An RTL-SDR Blog V3 dongle and multipurpose dipole antenna set has been spotted in action on the popular TV Show "The Secret of Skinwalker Ranch" in Season 3 Episode 7. Skinwalker Ranch is a History channel conspiracy theory reality TV series where a team of scientists and researchers are sent to look for various explanations for "otherworldly" activities supposedly occurring on the ranch. In the past we have also seen an SDRplay RSP software defined radio with SDRuno software featured in a previous episode.
In this episode the team are drilling into a mysterious mesa rock formation on the ranch, and are monitoring the RF spectrum with an RTL-SDR during the drill. They take note of a mysterious signal at 1.6 GHz that appears during the drilling.
Thank you to Balaji for writing in and sharing news about the growing South Indian SDR Users Group. The group have already held several virtual events where a variety of speakers have presented various topics on SDRs and related research. The recorded talks are available on their YouTube channel and include a variety of local Indian and international presenters.
About Us: The South Indian SDR User Group (SI-SDR-UG) was founded in January 2021, and is a community of people, from novices to experts, spanning industry, academia, and government, who are interested in the design and implementation of Software-Defined Radio (SDR) technology and systems. This includes such diverse areas such as RF, digital signal processing (DSP), wireless communications, operating systems, computer networking, software development and optimization, machine learning, and radio hardware. The mission of our community is to facilitate the exchange of ideas and enable greater collaboration within the SDR community in India. We host a regular technical workshops and gatherings, and we also run a dedicated Slack workspace for the community. We have a YouTube channel for recordings of past events, and a GitHub page for any relevant code. Our Twitter feed contains announcements about events and other news relevant to the community. We are not focused or tied to any one single software tool, hardware platform, commercial vendor, or specific technology. The SI-SDR-UG is non-profit, and the people on the organizing committee are all volunteers. We are based in Bangalore, but we invite people from all throughout India, as well as from outside India, to join our community. Please reach out to us on Slack or by email if you have any questions or comments. Thank you!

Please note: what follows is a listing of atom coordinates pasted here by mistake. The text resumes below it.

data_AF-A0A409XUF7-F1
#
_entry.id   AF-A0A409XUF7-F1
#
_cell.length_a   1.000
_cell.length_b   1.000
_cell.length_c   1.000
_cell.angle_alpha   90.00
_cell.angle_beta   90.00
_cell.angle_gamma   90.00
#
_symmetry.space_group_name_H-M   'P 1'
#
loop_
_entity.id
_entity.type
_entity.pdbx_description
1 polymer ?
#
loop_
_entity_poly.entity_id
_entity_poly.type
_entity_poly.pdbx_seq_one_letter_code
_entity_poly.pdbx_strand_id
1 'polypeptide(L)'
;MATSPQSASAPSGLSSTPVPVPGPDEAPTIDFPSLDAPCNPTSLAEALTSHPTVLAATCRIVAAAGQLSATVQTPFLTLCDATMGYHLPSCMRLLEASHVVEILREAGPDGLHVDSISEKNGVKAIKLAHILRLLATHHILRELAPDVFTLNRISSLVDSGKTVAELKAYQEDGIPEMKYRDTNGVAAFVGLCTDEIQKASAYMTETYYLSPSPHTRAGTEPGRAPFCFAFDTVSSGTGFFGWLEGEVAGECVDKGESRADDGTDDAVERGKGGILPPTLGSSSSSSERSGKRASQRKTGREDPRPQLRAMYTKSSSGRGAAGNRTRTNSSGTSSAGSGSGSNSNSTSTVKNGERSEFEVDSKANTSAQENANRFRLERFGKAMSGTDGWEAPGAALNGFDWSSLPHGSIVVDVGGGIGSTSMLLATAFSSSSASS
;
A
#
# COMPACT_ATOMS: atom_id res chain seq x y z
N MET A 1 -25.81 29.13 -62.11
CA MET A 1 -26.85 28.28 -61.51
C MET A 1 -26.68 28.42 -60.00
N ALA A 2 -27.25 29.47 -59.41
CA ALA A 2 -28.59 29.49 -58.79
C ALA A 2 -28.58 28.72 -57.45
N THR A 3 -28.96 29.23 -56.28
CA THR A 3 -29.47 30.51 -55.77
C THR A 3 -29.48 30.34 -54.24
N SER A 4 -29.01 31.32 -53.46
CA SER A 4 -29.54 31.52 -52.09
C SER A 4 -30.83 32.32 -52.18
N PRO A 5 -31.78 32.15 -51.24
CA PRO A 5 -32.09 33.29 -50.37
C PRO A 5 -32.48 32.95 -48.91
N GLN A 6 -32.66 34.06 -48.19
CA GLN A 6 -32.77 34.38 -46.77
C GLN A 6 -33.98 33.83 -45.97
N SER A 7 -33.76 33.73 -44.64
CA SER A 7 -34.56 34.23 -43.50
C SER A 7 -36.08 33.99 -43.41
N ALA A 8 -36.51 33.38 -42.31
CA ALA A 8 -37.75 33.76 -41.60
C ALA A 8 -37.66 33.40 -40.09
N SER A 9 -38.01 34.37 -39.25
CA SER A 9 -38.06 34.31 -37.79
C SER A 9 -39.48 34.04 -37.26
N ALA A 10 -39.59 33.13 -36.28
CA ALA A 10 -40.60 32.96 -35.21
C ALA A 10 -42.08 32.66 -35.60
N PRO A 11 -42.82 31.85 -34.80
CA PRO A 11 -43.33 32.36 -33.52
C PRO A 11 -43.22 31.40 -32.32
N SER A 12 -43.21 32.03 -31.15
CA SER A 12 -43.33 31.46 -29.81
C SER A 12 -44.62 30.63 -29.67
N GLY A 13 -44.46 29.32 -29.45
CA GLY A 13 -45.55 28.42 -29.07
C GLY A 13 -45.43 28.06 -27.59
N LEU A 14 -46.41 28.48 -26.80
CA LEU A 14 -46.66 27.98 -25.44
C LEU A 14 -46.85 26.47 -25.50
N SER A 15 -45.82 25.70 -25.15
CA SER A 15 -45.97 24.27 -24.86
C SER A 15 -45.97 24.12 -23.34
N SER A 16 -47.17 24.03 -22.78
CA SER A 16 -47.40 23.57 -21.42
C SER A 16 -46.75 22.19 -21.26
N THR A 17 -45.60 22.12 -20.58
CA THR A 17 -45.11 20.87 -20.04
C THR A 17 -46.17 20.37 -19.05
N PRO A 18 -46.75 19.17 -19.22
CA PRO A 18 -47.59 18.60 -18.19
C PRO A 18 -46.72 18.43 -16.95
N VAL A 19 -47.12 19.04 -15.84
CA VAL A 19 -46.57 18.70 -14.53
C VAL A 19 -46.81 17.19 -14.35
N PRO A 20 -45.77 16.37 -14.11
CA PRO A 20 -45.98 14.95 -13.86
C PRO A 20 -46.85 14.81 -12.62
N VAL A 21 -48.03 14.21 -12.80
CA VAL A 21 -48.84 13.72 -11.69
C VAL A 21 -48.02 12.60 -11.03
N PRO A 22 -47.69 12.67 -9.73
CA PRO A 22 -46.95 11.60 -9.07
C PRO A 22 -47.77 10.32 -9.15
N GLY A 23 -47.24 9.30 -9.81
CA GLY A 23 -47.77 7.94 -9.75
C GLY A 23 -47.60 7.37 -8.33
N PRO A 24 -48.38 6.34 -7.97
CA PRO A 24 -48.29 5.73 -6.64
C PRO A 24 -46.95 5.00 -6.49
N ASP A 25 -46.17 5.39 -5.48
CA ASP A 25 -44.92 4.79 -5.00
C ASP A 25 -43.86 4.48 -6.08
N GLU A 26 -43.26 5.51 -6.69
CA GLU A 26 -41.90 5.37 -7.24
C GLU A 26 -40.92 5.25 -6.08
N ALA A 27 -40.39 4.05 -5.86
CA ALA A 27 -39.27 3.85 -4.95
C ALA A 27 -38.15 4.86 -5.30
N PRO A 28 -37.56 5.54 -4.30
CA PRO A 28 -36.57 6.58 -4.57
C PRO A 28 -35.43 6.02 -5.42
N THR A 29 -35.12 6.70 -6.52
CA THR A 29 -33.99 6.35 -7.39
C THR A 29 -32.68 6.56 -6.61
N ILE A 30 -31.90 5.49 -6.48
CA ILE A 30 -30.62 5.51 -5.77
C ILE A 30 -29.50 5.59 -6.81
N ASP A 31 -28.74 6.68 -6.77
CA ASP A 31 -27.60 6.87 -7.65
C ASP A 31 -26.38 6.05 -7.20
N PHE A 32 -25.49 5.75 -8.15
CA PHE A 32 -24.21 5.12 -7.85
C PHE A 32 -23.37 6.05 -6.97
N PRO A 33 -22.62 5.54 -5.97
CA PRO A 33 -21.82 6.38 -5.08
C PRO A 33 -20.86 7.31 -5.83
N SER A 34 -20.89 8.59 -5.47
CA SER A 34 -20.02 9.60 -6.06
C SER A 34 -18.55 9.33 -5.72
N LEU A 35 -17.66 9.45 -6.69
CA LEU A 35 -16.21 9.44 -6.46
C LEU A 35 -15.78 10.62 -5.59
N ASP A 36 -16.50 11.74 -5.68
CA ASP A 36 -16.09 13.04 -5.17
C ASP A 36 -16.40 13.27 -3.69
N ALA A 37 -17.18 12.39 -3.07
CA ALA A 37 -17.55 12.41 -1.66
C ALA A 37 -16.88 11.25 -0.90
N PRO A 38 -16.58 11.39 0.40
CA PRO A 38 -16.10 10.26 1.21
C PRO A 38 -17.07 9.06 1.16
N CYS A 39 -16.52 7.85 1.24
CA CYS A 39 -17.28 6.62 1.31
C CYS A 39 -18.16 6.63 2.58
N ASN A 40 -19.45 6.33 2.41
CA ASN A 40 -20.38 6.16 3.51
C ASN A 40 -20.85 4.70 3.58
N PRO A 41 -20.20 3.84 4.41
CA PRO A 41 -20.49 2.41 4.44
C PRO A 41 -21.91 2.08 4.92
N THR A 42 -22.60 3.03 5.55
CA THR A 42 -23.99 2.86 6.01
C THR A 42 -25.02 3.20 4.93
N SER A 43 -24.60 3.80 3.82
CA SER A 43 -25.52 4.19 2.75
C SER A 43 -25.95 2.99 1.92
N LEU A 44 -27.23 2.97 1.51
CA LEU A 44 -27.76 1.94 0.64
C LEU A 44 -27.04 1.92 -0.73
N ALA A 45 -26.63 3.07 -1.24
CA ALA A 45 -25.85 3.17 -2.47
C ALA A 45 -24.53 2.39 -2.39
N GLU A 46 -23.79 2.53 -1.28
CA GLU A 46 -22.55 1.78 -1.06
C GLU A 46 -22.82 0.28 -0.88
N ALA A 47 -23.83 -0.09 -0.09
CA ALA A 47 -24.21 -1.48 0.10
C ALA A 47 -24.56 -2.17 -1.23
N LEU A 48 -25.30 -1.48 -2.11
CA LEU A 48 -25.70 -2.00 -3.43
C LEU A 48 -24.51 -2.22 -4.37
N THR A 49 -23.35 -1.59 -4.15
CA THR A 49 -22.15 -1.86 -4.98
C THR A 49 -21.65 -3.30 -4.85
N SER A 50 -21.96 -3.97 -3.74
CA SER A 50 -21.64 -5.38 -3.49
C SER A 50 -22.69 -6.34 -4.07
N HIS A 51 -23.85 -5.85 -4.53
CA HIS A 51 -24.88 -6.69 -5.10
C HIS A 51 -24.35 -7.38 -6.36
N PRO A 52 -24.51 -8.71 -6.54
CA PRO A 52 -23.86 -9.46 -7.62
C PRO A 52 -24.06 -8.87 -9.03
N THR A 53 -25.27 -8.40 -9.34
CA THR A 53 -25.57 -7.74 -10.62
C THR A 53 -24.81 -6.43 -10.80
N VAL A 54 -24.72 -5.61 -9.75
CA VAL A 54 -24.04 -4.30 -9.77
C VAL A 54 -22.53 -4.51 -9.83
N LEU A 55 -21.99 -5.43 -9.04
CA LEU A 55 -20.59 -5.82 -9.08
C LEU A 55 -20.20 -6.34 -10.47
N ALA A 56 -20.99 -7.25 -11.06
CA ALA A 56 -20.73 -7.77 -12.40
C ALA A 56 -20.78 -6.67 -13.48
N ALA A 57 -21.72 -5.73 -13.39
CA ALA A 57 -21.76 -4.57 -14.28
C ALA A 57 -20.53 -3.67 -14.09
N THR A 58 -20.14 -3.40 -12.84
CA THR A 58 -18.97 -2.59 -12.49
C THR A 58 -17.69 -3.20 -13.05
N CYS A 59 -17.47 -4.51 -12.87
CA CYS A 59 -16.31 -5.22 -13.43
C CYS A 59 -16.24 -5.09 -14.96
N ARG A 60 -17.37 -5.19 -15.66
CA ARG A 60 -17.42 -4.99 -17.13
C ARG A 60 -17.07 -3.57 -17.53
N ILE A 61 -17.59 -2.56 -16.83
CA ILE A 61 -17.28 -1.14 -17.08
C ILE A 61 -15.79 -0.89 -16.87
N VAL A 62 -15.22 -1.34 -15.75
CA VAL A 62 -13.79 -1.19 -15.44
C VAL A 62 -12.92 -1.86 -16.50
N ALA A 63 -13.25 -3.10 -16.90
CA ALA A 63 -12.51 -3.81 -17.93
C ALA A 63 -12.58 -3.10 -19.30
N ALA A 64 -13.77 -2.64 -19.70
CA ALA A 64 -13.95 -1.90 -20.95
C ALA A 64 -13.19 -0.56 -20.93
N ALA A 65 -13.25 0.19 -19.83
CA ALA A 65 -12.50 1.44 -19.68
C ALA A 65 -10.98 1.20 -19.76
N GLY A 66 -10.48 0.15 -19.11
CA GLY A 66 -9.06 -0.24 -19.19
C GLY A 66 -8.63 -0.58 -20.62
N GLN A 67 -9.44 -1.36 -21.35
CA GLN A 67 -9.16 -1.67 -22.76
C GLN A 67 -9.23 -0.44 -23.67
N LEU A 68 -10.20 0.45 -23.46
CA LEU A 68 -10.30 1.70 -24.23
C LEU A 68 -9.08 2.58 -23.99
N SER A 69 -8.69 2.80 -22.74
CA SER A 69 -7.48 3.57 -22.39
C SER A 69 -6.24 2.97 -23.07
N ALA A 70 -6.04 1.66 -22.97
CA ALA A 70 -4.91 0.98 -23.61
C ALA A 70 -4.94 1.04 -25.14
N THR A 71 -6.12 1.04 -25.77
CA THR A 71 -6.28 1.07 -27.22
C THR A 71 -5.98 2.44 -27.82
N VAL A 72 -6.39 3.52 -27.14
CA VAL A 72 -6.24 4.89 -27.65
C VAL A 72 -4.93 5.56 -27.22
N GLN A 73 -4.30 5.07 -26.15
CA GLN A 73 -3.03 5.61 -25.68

Because it covers 400 - 470 MHz the device can be used without a license in the license free bands available in most countries. It's able to connect with a standard smartphone over Bluetooth, and can transmit and receive voice, supports voice encryption and compression, and can also transmit and receive SMS data.
SOCORAD32, aka the ESP32Software Controlled Radio, is a professional-grade hackable walkie-talkie for amateur radio exploration, voice, and data communication using simple AT commands. Just add a speaker and a battery and you get a fully functional walkie-talkie radio. With the onboard dedicated Push To Talk (PTT) button, SOCORAD32 can be used straight out of the box without touching a single line of code!
Unlike using complicated SDR for amateur radio operation, SOCORAD32 is an amateur radio-tailored device that makes things simpler. Using uncomplicated AT commands, users can configure the audio volume, tone squelching, CTCSS, CDSS codes, etc. SOCORAD32’s frequency range covers the license-free bands for most countries.
SOCORAD32 also features all of the operations of a standard walkie-talkie. It employs a proprietary RF design featuring the RDA1846 IC. This is the same IC used in commercial walkie-talkies such as in Baofeng, Motorola and Hytera. Because of this, SOCORAD32 can communicate with commercial walkie-talkies with ease.